Tuesday, May 1, 2012

Study questions whether Agent Orange exposure from Westover planes was enough to make Air Force crews sick

This undated photo shows five members of the 74th Aeromedical Evacaution Squadron standing in front of one of the C-123 Providers at Westover Air Reserve Base in the early 1980s. All were medical technicians at the time. From left are: Debbie Asamoah, Maj. Gail Mas Harrington of Shrewsbury; Susan Linenkemper of Lancaster; Cindy Lapa; and Marlene Wilson.

An Air Force study determined Westover Air Reserve crews were unlikely to have fallen ill from being exposed to Agent Orange while flying planes formerly used in the Vietnam War.

At the same time, the study said there is not enough data to made a definite determination if mechanics, pilots, medical crews and others were exposed to a high enough level of the dangerous chemical in the 10 years they flew the C-123 Providers.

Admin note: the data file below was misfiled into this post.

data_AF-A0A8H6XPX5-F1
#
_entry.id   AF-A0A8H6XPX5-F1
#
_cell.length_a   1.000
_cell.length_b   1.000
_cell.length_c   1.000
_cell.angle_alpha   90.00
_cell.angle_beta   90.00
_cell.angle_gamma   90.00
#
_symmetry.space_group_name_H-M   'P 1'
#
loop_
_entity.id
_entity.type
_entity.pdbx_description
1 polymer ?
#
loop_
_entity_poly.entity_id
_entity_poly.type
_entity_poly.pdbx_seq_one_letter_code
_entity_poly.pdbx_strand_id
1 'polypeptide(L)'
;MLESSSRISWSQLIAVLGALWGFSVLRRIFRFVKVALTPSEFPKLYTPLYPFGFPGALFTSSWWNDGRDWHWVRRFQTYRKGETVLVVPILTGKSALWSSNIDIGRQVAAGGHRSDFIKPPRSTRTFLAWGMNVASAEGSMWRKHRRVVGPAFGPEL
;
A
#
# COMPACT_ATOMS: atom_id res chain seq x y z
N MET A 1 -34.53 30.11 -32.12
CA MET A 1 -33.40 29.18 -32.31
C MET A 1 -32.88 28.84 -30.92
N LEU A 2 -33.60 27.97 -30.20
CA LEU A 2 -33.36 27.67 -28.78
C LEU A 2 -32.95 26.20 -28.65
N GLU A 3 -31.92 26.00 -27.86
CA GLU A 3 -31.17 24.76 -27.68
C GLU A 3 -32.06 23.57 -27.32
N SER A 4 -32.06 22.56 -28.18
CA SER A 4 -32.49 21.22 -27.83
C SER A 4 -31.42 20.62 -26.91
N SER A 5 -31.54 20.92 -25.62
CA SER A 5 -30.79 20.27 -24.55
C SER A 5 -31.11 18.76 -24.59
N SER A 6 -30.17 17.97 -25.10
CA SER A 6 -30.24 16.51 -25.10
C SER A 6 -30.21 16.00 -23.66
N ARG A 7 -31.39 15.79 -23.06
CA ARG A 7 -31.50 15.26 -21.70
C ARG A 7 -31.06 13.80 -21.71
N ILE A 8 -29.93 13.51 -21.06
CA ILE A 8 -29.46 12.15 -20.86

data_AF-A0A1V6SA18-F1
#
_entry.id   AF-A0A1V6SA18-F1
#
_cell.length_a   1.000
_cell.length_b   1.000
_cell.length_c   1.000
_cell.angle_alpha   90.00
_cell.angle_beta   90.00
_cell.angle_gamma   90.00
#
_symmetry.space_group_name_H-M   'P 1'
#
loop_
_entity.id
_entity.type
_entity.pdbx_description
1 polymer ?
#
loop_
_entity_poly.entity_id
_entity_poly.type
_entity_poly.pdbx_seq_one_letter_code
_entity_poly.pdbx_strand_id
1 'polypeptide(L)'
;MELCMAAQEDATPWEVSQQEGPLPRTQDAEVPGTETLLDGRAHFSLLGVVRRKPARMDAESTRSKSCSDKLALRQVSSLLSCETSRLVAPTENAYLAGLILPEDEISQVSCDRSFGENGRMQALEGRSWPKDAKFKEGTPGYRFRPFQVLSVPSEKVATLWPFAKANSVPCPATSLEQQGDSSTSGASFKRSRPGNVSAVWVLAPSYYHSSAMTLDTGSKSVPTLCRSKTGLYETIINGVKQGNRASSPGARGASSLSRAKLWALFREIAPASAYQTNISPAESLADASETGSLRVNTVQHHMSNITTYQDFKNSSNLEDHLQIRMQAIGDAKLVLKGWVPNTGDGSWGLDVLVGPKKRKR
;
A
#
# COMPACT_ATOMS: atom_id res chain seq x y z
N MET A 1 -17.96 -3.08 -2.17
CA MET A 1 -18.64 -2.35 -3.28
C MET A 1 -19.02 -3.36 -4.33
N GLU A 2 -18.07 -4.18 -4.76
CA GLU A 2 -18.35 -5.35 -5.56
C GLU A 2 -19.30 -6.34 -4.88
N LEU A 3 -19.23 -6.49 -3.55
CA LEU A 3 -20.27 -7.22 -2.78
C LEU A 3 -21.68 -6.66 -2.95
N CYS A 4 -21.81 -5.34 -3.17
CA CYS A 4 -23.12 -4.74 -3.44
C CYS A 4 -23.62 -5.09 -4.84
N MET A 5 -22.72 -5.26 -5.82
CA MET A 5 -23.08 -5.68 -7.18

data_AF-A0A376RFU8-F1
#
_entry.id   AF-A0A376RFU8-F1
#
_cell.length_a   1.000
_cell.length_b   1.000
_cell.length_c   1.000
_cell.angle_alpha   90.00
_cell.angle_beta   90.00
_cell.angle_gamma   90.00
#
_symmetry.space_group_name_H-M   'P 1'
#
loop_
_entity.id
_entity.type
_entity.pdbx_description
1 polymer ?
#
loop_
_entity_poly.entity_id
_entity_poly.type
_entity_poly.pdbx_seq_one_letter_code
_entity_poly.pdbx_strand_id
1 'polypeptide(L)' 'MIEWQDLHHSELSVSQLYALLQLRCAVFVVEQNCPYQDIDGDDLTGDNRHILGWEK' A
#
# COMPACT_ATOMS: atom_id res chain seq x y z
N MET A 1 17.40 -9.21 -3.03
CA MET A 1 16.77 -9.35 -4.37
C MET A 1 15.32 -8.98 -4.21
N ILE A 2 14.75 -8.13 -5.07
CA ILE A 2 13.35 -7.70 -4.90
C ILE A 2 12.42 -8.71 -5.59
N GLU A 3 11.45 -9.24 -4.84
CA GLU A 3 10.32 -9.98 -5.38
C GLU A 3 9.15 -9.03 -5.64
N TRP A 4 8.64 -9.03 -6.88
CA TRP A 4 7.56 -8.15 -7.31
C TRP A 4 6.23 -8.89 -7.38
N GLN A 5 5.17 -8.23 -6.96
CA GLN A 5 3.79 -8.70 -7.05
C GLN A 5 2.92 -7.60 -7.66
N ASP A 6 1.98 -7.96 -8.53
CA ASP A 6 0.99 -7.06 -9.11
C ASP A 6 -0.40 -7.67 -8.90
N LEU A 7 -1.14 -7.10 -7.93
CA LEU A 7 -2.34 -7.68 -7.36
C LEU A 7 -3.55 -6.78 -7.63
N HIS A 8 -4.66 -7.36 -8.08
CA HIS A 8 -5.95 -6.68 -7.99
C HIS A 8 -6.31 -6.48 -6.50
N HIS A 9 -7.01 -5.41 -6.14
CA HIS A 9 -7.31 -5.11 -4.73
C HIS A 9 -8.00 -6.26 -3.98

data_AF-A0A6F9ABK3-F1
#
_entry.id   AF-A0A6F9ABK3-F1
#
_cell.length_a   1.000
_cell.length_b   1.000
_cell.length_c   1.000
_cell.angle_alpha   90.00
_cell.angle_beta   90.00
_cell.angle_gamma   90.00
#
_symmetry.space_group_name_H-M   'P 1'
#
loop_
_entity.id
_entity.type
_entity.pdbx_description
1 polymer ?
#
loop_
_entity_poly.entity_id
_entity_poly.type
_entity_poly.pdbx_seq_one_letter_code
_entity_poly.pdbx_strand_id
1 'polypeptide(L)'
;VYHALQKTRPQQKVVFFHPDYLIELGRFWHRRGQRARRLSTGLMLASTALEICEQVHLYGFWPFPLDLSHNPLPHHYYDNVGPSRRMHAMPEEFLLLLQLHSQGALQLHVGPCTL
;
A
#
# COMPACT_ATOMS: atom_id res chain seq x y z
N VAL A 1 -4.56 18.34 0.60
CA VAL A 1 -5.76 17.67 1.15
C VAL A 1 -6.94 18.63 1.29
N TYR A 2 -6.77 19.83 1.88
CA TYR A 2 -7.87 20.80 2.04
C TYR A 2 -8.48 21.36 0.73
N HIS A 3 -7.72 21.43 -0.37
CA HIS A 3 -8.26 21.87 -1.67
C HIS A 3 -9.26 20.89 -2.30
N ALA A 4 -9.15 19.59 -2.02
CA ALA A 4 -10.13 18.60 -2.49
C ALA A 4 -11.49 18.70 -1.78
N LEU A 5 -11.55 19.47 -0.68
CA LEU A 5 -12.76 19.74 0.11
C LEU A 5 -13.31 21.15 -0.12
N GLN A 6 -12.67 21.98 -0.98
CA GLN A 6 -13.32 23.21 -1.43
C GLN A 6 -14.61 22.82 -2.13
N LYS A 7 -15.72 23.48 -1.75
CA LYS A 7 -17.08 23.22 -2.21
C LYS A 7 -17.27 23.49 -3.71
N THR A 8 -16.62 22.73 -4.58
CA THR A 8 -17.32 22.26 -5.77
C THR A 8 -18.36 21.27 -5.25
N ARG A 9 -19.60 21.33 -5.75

The Air Force report, released Monday, was sparked by congressional inquiries and lobbying from crew members who served at Westover in Chicopee and flew the planes from 1972 to 1982.

“At this time we conclude that the discernible information suggests the potential Agent Orange exposures¦...¦were unlikely to have exceeded acceptable regulatory http://www.blogger.com/img/blank.gifstandards or have predisposed persons¦...¦to experience future adverse outcomes,” the report said.

But it said the tests were too few, too limited and too late — most were not taken until 12 years or more after the planes were flown at Westover.

The first known air samples were taken in 1979, but they did not test for dioxin, the hazardous chemical in Agent Orange. Surface samples taken in 1994 on one former Westover plane came back saying the plane was “highly contaminated.” In 1996, samples taken on 17 planes tested positive for dioxin.
READ MORE: http://www.masslive.com/news/index.ssf/2012/04/study_questions_if_agent_orang.html

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